A Super Strawberry Moon will brighten the sky Tuesday morning

Strawberry Supermoon will grace skies Tuesday morning

<p>A Super Strawberry Moon seen above the Washington Monument in Washington, D.C. in 2013</p>

A Super Strawberry Moon seen above the Washington Monument in Washington, D.C. in 2013

Early risers in the Americas will be greeted by a sweet Super Strawberry Moon Tuesday morning.

The Strawberry full moon, sometimes known as the Mead or Honey full Moon, will appear eight degrees above the horizon in the Southwestern sky around 7.52am EDT Tuesday Morning, or about 11.52am GMT. Tuesday morning will also tie Monday for the earliest sunrise of 2022, with the Sun peeking up at 5.42 am EDT, according to a Nasa blog.

A supermoon takes place when the full Moon coincides with the Moon coming within 90% of its closest approach to Earth, or perigee, according to another Nasa blog.

The Moon’s orbit oscillates between 363,300 kilometers and 405,500 kilometers from Earth every 27 days, but the full Moon doesn’t always line up with its closest approach to Earth. The next and only other supermoon of 2022 will be the Super Buck Moon on 13 July.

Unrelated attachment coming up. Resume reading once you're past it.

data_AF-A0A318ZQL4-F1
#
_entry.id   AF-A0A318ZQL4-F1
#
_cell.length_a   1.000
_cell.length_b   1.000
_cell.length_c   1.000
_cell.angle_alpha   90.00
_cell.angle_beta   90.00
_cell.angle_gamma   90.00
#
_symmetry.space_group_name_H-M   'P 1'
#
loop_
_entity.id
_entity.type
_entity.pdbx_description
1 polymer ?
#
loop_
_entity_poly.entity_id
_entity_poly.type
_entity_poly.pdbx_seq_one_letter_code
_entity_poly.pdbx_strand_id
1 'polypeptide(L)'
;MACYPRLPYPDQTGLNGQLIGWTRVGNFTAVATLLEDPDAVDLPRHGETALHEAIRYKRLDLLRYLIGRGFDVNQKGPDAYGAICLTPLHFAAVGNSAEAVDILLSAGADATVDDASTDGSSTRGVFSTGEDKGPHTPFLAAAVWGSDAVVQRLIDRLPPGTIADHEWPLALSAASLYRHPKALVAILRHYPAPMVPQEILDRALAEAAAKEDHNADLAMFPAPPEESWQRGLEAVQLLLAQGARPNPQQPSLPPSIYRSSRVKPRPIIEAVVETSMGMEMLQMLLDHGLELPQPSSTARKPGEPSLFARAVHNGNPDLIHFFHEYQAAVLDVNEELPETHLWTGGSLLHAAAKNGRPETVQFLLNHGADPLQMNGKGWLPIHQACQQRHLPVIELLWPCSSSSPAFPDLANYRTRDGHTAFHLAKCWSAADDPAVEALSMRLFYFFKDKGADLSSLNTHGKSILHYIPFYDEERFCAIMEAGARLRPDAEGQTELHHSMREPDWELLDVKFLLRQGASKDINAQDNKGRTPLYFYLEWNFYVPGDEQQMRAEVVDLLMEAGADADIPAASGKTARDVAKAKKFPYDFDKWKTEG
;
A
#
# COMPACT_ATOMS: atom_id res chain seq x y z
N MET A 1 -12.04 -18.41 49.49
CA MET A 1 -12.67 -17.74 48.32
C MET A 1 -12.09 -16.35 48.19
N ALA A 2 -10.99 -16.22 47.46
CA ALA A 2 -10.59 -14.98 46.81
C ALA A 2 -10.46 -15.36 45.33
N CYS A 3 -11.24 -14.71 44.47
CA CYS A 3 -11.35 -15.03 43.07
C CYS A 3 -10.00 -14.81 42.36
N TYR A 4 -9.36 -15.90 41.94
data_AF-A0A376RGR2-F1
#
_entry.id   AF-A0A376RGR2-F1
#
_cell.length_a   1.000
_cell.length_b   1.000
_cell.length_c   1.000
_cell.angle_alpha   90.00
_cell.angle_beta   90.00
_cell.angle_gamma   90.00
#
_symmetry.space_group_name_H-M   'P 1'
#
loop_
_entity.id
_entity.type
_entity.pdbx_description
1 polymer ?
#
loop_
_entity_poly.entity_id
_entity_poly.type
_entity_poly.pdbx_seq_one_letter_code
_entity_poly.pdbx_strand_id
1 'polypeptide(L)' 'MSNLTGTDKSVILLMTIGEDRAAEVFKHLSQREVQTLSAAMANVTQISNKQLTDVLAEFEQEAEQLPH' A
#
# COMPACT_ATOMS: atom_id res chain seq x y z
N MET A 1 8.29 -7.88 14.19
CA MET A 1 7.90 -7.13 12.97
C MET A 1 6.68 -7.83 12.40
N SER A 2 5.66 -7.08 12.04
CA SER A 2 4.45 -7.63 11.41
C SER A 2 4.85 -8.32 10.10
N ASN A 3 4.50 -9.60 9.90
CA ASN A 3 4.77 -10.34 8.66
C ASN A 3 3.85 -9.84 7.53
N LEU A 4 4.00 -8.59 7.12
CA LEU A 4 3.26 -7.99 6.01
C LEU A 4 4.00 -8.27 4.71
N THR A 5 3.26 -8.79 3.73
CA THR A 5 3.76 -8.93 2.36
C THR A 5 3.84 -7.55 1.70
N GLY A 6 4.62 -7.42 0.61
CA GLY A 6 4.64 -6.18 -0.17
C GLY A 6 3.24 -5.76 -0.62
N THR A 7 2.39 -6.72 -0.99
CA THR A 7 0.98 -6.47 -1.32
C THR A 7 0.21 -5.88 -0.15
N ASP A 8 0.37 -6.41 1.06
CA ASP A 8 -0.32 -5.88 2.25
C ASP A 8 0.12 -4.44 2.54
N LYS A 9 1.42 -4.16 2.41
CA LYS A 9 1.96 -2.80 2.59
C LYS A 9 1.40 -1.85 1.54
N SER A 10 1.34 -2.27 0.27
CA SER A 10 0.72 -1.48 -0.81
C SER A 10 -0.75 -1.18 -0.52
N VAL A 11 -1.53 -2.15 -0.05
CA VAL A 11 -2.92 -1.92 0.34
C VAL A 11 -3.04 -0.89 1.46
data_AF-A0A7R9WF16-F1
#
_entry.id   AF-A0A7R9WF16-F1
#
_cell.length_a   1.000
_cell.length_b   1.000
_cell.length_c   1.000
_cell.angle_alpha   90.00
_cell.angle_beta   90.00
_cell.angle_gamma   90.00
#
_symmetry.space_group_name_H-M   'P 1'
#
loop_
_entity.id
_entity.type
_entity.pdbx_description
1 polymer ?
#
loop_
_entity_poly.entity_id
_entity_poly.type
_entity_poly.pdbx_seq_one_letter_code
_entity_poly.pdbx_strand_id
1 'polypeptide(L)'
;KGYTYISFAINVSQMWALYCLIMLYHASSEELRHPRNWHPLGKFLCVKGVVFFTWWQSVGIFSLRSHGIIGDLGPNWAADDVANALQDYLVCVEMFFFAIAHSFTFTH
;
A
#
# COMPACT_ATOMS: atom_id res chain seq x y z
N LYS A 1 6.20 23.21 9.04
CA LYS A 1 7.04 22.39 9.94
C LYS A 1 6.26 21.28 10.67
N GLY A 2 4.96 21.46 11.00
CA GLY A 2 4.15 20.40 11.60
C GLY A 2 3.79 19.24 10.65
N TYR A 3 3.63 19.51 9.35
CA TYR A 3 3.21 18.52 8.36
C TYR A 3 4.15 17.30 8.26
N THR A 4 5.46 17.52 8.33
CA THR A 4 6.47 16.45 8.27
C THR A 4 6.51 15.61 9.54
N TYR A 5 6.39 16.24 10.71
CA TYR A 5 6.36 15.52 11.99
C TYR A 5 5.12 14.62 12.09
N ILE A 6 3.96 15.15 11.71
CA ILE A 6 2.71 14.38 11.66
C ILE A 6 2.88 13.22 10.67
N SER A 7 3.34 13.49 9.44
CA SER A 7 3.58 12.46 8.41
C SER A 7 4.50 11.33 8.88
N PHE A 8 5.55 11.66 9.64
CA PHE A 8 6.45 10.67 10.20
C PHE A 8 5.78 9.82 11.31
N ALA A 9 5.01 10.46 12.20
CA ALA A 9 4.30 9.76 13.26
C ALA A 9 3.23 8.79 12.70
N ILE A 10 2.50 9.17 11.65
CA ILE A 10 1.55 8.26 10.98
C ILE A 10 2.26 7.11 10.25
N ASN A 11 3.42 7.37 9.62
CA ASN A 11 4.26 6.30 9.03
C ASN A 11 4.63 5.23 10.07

A supermoon appears about 17% larger and 30% brighter than a full Moon when the Moon is at its furthest point from Earth. The difference is not always noticeable to the naked eye, according to Nasa, but a supermoon can have real effects for life on Earth, such as generating higher than usual tides.

The term strawberry Moon comes from the Native American Algonquin tribe by way of the Maine Farmer’s Almanac, which began publishing the tribe’s names for various full Moons in 1930, according to a Nasa blog on supermoons. Other names for Tuesday’s full Moon include the old European term Honey or Mead Moon, Rose Moon, also European in origin, while Buddhists in Sri Lanka know it as Poson Poya.

Also visible Tuesday morning — and for much of the month of June — will be an arc of planets arrayed in order of their distance from the Sun.

Just before morning twilight begins at around 4.30am EDT, Mercury will rise above the East-Southeastern sky. Tracing an arc to the Southeast will also be visible Venus, then Mars, Jupiter and finally Saturn. The last time such a planetary alignment was visible was in 2004.

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